What is the history of a single proton from the Big Bang to the present?

Very approximately, before the universe was 1 trillionth of a second old, there was only a soup of quarks present in the universe. Then at about 1 thousandth of a second or so, the universe became cool enough that quarks could combine to form various nucleons such as protons and neutrons and mesons. As the universe continued to expand and cool, the energies of the colliding particles decreased still further so that more and more quarks could combine into neutrons and protons, but the short lived mesons and muons began to decay away. The ratio of protons to neutrons changed until by 1 second after the Big Bang, there were about 5 protons for every 2 neutrons. At this time the temperature was 10 billion degrees. After a few minutes, the protons and neutrons could fused together to form helium nuclei, and the remaining unmatched protons eventually became the hydrogen nuclei. But at the same time the cosmos was growing rapidly less dense, so after 10 minutes or so it was nearly impossible for these high-speed nucleii to foind each other anf fuse into elements heavier than lithium. This is why there is a 'cosmological' abundance of hydrogen, helium, deuterium and lithoum that is the same value in all parts of the visible universe we can measure today.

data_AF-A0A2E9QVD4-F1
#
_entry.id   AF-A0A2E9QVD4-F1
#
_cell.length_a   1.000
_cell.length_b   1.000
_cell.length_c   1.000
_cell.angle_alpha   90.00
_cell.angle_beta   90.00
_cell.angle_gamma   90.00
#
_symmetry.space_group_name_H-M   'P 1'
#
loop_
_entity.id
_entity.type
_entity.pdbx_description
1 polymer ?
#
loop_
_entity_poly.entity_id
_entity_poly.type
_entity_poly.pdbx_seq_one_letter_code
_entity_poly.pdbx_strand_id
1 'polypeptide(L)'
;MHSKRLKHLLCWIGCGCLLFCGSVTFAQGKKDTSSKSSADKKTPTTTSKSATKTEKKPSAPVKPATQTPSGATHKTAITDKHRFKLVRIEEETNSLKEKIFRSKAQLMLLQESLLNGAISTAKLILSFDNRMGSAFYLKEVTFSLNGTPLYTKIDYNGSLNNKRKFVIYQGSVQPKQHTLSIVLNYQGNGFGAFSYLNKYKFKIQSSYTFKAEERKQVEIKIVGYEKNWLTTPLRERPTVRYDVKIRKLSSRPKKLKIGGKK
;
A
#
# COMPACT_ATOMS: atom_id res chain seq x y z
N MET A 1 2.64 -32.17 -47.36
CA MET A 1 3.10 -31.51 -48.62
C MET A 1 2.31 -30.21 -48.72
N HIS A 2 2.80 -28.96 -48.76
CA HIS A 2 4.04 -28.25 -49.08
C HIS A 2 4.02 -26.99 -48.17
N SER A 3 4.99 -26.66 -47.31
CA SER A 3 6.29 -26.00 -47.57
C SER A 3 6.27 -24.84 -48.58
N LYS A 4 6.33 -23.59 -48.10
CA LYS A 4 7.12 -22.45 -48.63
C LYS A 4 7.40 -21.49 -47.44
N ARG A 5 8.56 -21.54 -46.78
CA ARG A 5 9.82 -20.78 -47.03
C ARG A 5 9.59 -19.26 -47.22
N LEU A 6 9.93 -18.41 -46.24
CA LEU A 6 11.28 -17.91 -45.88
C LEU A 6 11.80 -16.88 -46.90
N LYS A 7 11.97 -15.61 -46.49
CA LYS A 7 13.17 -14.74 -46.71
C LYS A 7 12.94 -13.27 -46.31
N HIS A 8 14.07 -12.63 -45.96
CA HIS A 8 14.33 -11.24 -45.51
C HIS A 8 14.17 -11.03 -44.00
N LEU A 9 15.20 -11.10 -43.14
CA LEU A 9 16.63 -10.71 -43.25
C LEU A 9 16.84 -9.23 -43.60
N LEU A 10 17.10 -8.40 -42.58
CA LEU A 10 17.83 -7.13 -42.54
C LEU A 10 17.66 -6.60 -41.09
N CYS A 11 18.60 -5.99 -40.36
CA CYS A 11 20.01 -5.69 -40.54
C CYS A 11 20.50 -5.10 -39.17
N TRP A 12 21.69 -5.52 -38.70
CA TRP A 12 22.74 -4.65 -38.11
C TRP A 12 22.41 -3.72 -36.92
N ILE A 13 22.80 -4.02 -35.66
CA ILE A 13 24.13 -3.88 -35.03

From this point on, the destiny of a single proton depended on chance. There seems to be little intergalactic hydrogen gas, so the chance was very good that eventually a single proton would find itself a part of some galaxy. And since most of the mass of a galaxy is in its stars, the proton would probably take up residence inside a star after about a few billion years after the Big Bang. Because planets only represent 1 part in about 1000 of the mass of a star, and assuming that stars with planets are common, there is a good chance that, say, 1 proton in 100,000 might end up inside a planet in the guise of one of its constituent elements. Beyond this point, its pretty well unknown what happens next. Most of the elements in planets are likely to be simple gasses of carbon dioxide, ammonia, hydrogen, nitrogen. And rocky planets have silicates, iron and so on. Life at the bacterial level seems pretty hardy, but in terms of mass is 1 part in 100 billion billion of the mass of a planet so the probability that a particular proton from the Big Bang winds up inside a specific cell is probably 1 part in 10^30 or lower.

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